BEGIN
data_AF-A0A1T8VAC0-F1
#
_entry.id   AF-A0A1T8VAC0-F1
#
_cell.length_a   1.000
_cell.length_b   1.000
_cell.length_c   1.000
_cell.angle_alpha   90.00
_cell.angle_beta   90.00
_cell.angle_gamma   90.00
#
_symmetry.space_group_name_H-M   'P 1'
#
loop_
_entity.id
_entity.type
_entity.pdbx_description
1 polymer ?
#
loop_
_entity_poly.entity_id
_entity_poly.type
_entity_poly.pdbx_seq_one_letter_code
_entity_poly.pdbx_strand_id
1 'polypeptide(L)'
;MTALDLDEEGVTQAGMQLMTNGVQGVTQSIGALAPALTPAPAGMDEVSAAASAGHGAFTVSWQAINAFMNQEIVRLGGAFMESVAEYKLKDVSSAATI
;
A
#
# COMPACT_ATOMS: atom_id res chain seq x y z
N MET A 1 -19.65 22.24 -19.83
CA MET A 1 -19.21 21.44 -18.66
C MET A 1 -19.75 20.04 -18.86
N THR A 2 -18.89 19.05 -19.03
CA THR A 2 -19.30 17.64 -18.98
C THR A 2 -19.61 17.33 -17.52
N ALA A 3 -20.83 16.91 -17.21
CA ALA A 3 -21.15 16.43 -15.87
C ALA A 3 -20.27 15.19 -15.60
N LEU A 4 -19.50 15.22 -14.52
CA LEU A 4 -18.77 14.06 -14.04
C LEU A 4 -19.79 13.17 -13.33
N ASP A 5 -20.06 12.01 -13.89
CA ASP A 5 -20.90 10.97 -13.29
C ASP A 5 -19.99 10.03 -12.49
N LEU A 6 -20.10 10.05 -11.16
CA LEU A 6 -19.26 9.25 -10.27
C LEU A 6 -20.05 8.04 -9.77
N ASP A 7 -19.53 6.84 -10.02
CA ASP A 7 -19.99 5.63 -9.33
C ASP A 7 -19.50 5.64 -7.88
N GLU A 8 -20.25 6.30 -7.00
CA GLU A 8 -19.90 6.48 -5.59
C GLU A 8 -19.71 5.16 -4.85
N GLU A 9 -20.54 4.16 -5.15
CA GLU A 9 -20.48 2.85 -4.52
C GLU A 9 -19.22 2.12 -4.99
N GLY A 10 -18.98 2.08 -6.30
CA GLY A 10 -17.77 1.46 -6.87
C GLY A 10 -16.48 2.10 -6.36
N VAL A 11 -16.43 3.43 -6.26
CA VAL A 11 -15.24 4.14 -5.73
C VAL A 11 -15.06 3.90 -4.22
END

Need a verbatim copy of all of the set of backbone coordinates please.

data_AF-A0A1T8VAC0-F1
#
_entry.id   AF-A0A1T8VAC0-F1
#
_cell.length_a   1.000
_cell.length_b   1.000
_cell.length_c   1.000
_cell.angle_alpha   90.00
_cell.angle_beta   90.00
_cell.angle_gamma   90.00
#
_symmetry.space_group_name_H-M   'P 1'
#
loop_
_entity.id
_entity.type
_entity.pdbx_description
1 polymer ?
#
loop_
_entity_poly.entity_id
_entity_poly.type
_entity_poly.pdbx_seq_one_letter_code
_entity_poly.pdbx_strand_id
1 'polypeptide(L)'
;MTALDLDEEGVTQAGMQLMTNGVQGVTQSIGALAPALTPAPAGMDEVSAAASAGHGAFTVSWQAINAFMNQEIVRLGGAFMESVAEYKLKDVSSAATI
;
A
#
# COMPACT_ATOMS: atom_id res chain seq x y z
N MET A 1 -19.65 22.24 -19.83
CA MET A 1 -19.21 21.44 -18.66
C MET A 1 -19.75 20.04 -18.86
N THR A 2 -18.89 19.05 -19.03
CA THR A 2 -19.30 17.64 -18.98
C THR A 2 -19.61 17.33 -17.52
N ALA A 3 -20.83 16.91 -17.21
CA ALA A 3 -21.15 16.43 -15.87
C ALA A 3 -20.27 15.19 -15.60
N LEU A 4 -19.50 15.22 -14.52
CA LEU A 4 -18.77 14.06 -14.04
C LEU A 4 -19.79 13.17 -13.33
N ASP A 5 -20.06 12.01 -13.89
CA ASP A 5 -20.90 10.97 -13.29
C ASP A 5 -19.99 10.03 -12.49
N LEU A 6 -20.10 10.05 -11.16
CA LEU A 6 -19.26 9.25 -10.27
C LEU A 6 -20.05 8.04 -9.77
N ASP A 7 -19.53 6.84 -10.02
CA ASP A 7 -19.99 5.63 -9.33
C ASP A 7 -19.50 5.64 -7.88
N GLU A 8 -20.25 6.30 -7.00
CA GLU A 8 -19.90 6.48 -5.59
C GLU A 8 -19.71 5.16 -4.85
N GLU A 9 -20.54 4.16 -5.15
CA GLU A 9 -20.48 2.85 -4.52
C GLU A 9 -19.22 2.12 -4.99
N GLY A 10 -18.98 2.08 -6.30
CA GLY A 10 -17.77 1.46 -6.87
C GLY A 10 -16.48 2.10 -6.36
N VAL A 11 -16.43 3.43 -6.26
CA VAL A 11 -15.24 4.14 -5.73
C VAL A 11 -15.06 3.90 -4.22